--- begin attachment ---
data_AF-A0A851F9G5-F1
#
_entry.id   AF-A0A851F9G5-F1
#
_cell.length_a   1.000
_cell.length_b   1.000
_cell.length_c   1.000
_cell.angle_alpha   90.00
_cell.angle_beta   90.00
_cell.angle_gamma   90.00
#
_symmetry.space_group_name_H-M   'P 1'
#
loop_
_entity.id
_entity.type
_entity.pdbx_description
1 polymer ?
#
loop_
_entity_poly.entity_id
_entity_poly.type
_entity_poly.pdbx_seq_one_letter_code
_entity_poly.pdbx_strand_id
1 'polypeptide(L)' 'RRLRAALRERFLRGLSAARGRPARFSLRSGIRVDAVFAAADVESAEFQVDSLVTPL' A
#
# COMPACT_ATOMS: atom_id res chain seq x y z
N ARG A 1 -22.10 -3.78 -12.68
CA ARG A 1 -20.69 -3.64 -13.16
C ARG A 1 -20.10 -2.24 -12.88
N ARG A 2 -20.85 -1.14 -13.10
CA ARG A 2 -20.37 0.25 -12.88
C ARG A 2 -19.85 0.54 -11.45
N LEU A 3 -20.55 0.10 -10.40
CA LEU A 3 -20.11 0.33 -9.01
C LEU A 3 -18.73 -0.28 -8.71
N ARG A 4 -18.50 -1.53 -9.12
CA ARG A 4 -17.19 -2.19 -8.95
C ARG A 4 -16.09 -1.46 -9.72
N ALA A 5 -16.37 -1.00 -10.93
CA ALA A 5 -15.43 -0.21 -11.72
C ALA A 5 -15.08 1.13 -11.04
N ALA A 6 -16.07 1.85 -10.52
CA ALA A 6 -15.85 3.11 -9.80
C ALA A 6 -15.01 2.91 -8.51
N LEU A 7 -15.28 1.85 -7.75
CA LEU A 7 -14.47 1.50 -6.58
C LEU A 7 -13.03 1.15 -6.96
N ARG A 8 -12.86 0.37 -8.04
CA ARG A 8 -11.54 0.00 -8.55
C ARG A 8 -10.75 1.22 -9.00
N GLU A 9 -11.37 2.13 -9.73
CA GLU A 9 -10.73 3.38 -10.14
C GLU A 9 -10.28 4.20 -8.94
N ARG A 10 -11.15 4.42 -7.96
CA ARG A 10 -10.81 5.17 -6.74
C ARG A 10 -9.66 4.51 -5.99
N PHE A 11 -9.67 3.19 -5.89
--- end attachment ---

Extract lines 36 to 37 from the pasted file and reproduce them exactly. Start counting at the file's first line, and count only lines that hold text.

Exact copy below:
C LEU A 3 -18.73 -0.28 -8.71
N ARG A 4 -18.50 -1.53 -9.12